Retrospective Study
Copyright ©The Author(s) 2018. Published by Baishideng Publishing Group Inc. All rights reserved.
World J Radiol. Jul 28, 2018; 10(7): 65-77
Published online Jul 28, 2018. doi: 10.4329/wjr.v10.i7.65
Evaluation of pineal cysts with magnetic resonance imaging
Erkan Gokce, Murat Beyhan
Erkan Gokce, Department of Radiology, Gaziosmanpaşa University, School of Medicine, Tokat 60100, Turkey
Murat Beyhan, Department of Radiology, Tokat State Hospital, Tokat 60100, Turkey
ORCID number: Erkan Gokce (orcid.org/0000-0002-1809-2172); Murat Beyhan (0000-0002-8630-4632).
Author contributions: Gokce E and Beyhan M collected and analyzed the data equally; Gokce E designed, supervised and some statistical analysis the study; Gokce E and Beyhan M had taken part in literature research and manuscript preparation and had read and approved the final version.
Institutional review board statement: This study was reviewed and approved by the Ethics Committee of the Gaziosmanpaşa University School of Medicine (No: 18-KAEK-015).
Informed consent statement: Patients were not required to give informed consent to the study because figures used picture archiving and communication system were studied retrospectively. This study does not contain identifiable information of the participants.
Conflict-of-interest statement: The authors have no conflicts of interest to declare.
Data sharing statement: No additional data are available.
Open-Access: This article is an open-access article which was selected by an in-house editor and fully peer-reviewed by external reviewers. It is distributed in accordance with the Creative Commons Attribution Non Commercial (CC BY-NC 4.0) license, which permits others to distribute, remix, adapt, build upon this work non-commercially, and license their derivative works on different terms, provided the original work is properly cited and the use is non-commercial. See: http://creativecommons.org/licenses/by-nc/4.0/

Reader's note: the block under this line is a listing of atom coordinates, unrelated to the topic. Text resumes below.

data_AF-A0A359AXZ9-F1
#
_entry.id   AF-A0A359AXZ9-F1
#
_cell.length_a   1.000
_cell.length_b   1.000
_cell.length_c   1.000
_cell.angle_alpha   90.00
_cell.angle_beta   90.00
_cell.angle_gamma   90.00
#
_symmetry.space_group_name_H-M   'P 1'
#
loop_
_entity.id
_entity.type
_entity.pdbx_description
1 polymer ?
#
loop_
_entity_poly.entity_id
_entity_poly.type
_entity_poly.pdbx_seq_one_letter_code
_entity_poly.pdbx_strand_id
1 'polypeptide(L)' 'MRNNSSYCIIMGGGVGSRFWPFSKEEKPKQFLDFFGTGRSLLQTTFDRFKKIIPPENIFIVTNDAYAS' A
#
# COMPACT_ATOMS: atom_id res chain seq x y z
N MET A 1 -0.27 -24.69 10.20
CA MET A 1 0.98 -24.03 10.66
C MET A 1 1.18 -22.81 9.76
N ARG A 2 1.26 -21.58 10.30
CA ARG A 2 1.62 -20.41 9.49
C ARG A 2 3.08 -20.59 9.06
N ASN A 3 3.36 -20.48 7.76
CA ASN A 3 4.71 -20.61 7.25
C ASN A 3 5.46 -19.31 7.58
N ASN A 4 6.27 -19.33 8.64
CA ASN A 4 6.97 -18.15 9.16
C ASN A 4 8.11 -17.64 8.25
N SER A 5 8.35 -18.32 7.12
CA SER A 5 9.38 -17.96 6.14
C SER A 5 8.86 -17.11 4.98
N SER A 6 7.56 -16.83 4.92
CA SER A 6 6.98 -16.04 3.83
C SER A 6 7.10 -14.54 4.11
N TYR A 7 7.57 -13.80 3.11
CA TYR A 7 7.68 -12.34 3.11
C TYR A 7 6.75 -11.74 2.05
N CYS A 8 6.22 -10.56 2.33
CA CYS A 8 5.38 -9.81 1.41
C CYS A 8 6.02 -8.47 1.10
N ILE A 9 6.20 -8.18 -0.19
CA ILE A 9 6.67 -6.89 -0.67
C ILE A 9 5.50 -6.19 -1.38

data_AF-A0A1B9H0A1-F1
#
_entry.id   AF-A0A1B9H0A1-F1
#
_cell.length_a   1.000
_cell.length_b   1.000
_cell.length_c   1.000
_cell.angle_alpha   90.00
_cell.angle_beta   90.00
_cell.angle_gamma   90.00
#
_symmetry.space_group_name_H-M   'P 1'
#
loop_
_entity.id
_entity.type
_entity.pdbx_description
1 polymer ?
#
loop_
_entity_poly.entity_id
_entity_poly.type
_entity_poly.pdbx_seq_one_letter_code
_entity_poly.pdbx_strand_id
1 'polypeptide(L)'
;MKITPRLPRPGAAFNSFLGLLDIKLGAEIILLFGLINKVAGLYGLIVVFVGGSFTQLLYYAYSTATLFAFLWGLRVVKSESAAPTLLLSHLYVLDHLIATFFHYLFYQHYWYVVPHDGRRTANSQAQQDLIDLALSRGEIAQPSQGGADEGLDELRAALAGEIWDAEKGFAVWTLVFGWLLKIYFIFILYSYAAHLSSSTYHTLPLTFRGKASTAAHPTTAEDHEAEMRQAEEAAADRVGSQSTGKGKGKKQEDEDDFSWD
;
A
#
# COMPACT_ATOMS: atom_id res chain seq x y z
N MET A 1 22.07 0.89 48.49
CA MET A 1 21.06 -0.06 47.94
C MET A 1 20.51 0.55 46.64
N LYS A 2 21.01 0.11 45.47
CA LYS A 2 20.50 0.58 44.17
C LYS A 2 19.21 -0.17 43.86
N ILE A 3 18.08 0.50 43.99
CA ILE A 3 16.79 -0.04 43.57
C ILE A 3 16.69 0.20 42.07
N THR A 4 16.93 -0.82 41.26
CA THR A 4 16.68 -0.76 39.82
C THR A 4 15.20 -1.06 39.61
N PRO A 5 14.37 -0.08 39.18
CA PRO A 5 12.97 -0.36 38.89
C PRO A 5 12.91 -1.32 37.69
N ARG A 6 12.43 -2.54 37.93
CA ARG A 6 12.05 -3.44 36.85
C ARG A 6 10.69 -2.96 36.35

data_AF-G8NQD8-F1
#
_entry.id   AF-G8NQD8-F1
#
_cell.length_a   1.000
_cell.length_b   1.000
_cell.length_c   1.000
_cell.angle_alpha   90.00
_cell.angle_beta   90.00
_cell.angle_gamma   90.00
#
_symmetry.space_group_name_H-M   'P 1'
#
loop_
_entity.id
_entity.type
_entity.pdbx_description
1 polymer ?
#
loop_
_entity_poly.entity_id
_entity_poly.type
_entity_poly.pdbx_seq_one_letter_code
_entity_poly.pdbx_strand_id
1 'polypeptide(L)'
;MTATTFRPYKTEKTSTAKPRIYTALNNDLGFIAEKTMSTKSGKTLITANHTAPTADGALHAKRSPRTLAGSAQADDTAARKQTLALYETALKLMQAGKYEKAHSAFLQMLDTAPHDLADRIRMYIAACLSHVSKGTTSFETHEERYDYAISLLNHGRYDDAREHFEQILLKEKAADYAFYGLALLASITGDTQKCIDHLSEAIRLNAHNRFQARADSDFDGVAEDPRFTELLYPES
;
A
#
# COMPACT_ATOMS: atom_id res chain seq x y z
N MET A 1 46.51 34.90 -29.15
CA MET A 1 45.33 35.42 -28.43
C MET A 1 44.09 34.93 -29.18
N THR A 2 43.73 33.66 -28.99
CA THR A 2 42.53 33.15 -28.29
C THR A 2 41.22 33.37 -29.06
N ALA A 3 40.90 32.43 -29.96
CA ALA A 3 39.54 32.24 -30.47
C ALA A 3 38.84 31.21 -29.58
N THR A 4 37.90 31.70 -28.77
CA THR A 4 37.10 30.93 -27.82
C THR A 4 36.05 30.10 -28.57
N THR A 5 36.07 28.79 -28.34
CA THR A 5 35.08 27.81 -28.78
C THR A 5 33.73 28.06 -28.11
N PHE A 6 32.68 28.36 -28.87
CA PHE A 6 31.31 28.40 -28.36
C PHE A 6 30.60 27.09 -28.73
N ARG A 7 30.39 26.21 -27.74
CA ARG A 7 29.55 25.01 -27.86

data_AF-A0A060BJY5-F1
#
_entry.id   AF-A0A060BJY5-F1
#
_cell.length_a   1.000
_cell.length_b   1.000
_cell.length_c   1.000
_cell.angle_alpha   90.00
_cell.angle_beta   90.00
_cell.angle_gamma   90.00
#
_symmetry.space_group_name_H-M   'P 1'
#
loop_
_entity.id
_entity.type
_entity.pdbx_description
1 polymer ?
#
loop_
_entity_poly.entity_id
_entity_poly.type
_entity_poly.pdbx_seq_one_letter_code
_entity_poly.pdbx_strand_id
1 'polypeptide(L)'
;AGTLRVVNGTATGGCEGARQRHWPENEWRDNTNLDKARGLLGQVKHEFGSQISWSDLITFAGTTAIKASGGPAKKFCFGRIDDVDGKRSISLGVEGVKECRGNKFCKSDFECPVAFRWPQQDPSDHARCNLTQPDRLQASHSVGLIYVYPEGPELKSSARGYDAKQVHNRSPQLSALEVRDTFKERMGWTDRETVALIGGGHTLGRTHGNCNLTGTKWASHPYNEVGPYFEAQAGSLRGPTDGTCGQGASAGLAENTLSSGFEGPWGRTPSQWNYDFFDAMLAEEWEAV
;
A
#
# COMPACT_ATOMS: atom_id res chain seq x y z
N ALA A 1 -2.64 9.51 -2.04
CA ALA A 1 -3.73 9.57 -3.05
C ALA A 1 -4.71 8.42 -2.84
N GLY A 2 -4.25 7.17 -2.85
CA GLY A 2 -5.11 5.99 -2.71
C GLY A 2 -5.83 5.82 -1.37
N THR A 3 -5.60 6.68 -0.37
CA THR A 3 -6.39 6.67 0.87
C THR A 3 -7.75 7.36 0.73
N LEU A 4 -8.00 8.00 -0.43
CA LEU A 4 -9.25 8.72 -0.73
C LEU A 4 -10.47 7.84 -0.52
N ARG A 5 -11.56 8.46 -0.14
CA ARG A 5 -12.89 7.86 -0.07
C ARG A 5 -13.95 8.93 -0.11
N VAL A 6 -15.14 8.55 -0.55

Correspondence to: Erkan Gokce, MD, Associate Professor, Department of Radiology, Gaziosmanpaşa University, School of Medicine, Kaleardı Quarter, Muhittin Fisunoglu Street, Tokat 60100, Turkey. erkangokce@mynet.com
Telephone: +90-542-3798986 Fax: +90-362-2309105
Received: March 12, 2018
Peer-review started: March 13, 2018
First decision: April 23, 2018
Revised: April 29, 2018
Accepted: May 23, 2018
Article in press: May 23, 2018
Published online: July 28, 2018

Abstract
AIM

To evaluate radiological imaging findings of patients who had been found to have pineal cyst (PC) in brain magnetic resonance imaging (MRI).

METHODS

A total of 9546 patients who had brain MRI examination in March 2010-January 2018 period were studied. Fifty-six patients (44 female and 12 male) found to have PC were evaluated. Eighteen of the patients had had follow-up examinations of 2-94 mo (mean 30.50 ± 28.83). PC dimensions and volume, radiological imaging features (signal intensities, contours, internal septation-loculation and contrast-enhancement features) and natural history in cases who had been followed-up were evaluated by two radiologists.

RESULTS

Of 9546 patients, 5555 were female (58.2%) and 3991 male (41.8%). Age range was 1-99 (mean 43.18 ± 20.94). PC frequency was calculated to be 0.58%. Forty-four of the 56 patients (78.57%) with PC were female and 12 male (21.43%), and their age range was 5-61 (mean 31.26 ± 12.73). Thirty-five of the PCs were typical (62.50%) and 21 (37.50%) were atypical. No significant difference was found between initial and final imaging sizes of PCs which were monitored by follow-up examinations (P > 0.05).